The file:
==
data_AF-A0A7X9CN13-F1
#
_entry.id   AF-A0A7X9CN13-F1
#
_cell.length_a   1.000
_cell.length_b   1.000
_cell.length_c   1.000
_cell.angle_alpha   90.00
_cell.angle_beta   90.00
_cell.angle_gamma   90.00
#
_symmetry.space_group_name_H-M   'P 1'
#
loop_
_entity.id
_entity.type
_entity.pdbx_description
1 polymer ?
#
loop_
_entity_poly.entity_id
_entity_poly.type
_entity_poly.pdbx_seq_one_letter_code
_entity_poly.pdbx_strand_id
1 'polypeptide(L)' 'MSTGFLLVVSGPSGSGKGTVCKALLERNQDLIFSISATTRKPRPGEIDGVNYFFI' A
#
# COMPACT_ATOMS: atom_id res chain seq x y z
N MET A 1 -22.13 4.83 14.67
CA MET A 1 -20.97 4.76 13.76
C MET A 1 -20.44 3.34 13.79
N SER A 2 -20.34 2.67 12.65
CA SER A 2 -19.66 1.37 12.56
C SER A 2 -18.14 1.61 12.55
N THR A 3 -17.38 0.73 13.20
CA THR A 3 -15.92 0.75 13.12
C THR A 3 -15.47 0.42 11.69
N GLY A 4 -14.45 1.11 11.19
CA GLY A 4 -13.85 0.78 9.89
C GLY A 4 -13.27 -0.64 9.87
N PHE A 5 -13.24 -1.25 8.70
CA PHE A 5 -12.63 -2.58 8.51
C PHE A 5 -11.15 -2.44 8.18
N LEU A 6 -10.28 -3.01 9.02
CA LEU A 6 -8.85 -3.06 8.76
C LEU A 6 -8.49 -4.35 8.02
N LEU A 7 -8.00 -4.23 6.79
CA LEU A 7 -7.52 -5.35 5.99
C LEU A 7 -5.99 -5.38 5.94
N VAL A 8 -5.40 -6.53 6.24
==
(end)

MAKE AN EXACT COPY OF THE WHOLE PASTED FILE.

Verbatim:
data_AF-A0A7X9CN13-F1
#
_entry.id   AF-A0A7X9CN13-F1
#
_cell.length_a   1.000
_cell.length_b   1.000
_cell.length_c   1.000
_cell.angle_alpha   90.00
_cell.angle_beta   90.00
_cell.angle_gamma   90.00
#
_symmetry.space_group_name_H-M   'P 1'
#
loop_
_entity.id
_entity.type
_entity.pdbx_description
1 polymer ?
#
loop_
_entity_poly.entity_id
_entity_poly.type
_entity_poly.pdbx_seq_one_letter_code
_entity_poly.pdbx_strand_id
1 'polypeptide(L)' 'MSTGFLLVVSGPSGSGKGTVCKALLERNQDLIFSISATTRKPRPGEIDGVNYFFI' A
#
# COMPACT_ATOMS: atom_id res chain seq x y z
N MET A 1 -22.13 4.83 14.67
CA MET A 1 -20.97 4.76 13.76
C MET A 1 -20.44 3.34 13.79
N SER A 2 -20.34 2.67 12.65
CA SER A 2 -19.66 1.37 12.56
C SER A 2 -18.14 1.61 12.55
N THR A 3 -17.38 0.73 13.20
CA THR A 3 -15.92 0.75 13.12
C THR A 3 -15.47 0.42 11.69
N GLY A 4 -14.45 1.11 11.19
CA GLY A 4 -13.85 0.78 9.89
C GLY A 4 -13.27 -0.64 9.87
N PHE A 5 -13.24 -1.25 8.70
CA PHE A 5 -12.63 -2.58 8.51
C PHE A 5 -11.15 -2.44 8.18
N LEU A 6 -10.28 -3.01 9.02
CA LEU A 6 -8.85 -3.06 8.76
C LEU A 6 -8.49 -4.35 8.02
N LEU A 7 -8.00 -4.23 6.79
CA LEU A 7 -7.52 -5.35 5.99
C LEU A 7 -5.99 -5.38 5.94
N VAL A 8 -5.40 -6.53 6.24